Tuesday, March 13, 2007
zerizus vs. hiddur when performing a mitzvah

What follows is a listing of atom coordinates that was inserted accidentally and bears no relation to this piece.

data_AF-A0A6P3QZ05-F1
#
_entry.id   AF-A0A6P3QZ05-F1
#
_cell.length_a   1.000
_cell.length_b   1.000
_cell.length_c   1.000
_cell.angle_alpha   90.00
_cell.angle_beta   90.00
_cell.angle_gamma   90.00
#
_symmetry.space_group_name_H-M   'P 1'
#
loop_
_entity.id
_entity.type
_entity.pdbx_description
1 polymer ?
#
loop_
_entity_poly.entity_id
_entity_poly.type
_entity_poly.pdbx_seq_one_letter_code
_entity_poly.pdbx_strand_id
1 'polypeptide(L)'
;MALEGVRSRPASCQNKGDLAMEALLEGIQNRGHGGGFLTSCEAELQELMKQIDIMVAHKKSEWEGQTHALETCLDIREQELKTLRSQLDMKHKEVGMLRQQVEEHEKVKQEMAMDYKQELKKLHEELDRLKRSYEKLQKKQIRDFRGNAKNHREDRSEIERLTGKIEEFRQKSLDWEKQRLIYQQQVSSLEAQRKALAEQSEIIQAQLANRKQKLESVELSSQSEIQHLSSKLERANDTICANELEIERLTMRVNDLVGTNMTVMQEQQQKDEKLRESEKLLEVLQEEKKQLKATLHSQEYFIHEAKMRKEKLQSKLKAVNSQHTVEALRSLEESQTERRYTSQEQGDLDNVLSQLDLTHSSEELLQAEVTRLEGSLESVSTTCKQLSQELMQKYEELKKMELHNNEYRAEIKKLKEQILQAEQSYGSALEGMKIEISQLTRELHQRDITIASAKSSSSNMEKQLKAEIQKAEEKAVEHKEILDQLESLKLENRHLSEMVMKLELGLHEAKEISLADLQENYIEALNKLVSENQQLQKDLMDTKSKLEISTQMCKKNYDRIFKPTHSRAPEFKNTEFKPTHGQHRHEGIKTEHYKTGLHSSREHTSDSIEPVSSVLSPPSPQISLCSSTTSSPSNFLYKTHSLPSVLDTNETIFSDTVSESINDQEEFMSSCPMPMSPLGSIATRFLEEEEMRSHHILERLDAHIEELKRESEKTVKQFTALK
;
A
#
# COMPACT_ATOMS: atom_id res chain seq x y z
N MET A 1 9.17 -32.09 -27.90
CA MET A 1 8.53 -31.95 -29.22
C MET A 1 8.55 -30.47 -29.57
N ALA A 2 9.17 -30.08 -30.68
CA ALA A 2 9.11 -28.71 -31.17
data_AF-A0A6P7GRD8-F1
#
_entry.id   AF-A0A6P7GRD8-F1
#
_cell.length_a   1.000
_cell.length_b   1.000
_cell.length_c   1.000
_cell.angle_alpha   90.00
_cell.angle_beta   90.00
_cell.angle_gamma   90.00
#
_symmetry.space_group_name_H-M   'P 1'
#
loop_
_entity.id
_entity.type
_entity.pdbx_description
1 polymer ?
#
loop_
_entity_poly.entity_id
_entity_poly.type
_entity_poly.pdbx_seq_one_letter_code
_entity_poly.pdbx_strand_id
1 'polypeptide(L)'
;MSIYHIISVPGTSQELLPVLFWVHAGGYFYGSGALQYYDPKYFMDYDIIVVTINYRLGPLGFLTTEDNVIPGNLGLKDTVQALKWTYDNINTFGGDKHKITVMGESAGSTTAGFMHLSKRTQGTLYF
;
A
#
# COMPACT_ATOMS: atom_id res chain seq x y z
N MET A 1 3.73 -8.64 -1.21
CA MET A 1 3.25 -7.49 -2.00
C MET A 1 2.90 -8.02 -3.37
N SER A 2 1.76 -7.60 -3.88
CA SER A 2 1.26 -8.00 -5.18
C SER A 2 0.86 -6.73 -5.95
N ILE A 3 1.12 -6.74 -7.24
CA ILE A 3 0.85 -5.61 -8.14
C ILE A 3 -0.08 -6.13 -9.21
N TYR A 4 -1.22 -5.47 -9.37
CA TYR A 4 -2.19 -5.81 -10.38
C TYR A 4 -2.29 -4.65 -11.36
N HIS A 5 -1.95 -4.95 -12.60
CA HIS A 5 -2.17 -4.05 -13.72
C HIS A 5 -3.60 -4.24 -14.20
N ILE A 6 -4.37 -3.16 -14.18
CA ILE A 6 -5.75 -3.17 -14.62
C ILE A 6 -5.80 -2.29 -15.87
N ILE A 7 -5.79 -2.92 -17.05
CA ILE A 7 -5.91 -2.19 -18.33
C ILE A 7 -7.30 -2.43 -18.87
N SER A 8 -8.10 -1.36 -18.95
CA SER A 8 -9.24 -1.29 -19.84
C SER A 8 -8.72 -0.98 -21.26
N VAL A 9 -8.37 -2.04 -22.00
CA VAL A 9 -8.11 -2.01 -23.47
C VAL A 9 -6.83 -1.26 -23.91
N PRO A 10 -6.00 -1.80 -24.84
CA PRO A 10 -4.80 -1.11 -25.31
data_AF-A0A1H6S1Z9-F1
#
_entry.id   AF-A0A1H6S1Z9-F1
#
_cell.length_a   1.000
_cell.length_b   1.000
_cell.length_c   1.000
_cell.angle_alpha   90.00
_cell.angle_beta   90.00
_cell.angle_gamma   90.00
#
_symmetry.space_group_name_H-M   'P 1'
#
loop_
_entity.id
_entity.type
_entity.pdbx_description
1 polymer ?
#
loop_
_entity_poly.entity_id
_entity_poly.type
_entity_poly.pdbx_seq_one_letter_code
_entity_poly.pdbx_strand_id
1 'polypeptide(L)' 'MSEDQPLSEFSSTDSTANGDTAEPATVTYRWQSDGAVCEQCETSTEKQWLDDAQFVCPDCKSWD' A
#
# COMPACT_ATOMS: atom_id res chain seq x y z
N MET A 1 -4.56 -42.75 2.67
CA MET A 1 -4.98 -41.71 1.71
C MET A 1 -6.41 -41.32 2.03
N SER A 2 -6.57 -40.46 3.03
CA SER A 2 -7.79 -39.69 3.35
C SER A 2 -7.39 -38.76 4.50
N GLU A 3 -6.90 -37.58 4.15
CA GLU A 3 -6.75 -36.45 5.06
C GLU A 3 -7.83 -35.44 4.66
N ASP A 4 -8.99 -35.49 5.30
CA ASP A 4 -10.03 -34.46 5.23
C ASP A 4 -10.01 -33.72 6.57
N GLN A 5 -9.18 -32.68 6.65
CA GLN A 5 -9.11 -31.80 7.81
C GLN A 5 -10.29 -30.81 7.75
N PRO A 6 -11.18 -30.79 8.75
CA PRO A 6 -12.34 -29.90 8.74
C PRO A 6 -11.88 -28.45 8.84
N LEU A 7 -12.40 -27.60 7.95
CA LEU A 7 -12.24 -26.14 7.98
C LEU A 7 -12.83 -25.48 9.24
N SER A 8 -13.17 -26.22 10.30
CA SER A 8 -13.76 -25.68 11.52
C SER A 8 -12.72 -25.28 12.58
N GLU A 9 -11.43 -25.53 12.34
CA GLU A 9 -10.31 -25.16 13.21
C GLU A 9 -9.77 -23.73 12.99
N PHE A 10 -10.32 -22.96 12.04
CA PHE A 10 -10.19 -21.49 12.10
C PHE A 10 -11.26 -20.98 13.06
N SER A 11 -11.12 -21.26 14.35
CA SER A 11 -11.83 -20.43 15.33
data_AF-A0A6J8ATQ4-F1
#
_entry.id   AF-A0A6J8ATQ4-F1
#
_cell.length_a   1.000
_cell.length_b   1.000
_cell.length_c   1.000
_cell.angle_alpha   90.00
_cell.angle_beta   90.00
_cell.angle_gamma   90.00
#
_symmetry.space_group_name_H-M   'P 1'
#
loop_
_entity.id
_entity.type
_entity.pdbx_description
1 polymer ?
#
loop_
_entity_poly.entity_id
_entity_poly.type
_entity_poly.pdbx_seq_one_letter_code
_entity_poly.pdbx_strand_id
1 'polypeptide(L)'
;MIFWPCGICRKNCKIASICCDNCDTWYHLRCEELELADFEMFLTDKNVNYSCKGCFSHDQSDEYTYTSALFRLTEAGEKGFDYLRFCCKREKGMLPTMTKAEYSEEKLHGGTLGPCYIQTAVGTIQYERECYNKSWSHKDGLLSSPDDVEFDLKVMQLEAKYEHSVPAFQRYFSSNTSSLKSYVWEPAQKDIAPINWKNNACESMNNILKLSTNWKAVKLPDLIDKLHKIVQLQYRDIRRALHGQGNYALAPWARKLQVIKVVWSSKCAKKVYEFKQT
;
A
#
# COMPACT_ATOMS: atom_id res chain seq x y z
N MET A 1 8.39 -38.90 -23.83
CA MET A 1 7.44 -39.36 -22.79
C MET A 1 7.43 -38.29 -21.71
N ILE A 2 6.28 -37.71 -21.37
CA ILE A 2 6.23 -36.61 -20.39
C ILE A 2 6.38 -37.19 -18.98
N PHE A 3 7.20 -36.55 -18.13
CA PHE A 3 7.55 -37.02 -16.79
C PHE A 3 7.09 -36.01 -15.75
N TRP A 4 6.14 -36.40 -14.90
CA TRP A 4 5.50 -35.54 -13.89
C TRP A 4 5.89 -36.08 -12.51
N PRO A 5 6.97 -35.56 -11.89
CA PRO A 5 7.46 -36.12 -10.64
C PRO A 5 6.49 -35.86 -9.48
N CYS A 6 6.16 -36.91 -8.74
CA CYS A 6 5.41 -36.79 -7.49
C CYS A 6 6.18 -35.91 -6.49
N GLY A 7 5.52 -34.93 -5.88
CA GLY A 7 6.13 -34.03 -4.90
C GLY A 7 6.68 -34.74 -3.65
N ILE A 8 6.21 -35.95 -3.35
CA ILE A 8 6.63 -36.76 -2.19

The Torah uses the words “chachmei leiv” to describe those who made the curtains for the Mishkan. How did these people demonstrate the great intelligence the Torah notes? The Netziv writes that when Moshe gave the instruction to make the Mishkan, each person had a choice of what project to work on. The achronim discuss whether it is better to do a mitzvah b’zerizus, at the earliest possible moment, or b’hidur, delay the mitzvah until later if doing so would enable it being performed in a more beautiful or perfect fashion. The vessels of the Mishkan were clearly of greater import and greater sanctity than the curtains and walls. Yet, as Rashi in Parshas Pekudei writes, the building tent itself had to first be erected before starting work on the kelim. The builders were faced with the dilemma: is it better to seize the opportunity b’zerizus to work on the curtains of the Mishkan, or is it better to wait for the hiddur of working on a kli which has more kedusha? The Netziv writes that in this case, the correct answer, which the “chachmei leiv” intuited, was to work on the first project available. The safeik of achronim applies only where a single mitzvah can be done either b’zerizus or b’hiddur; here, the choice is between different projects. Also, the task of building the kelim was not even on the table as an option until the tent of the Mishkan was built.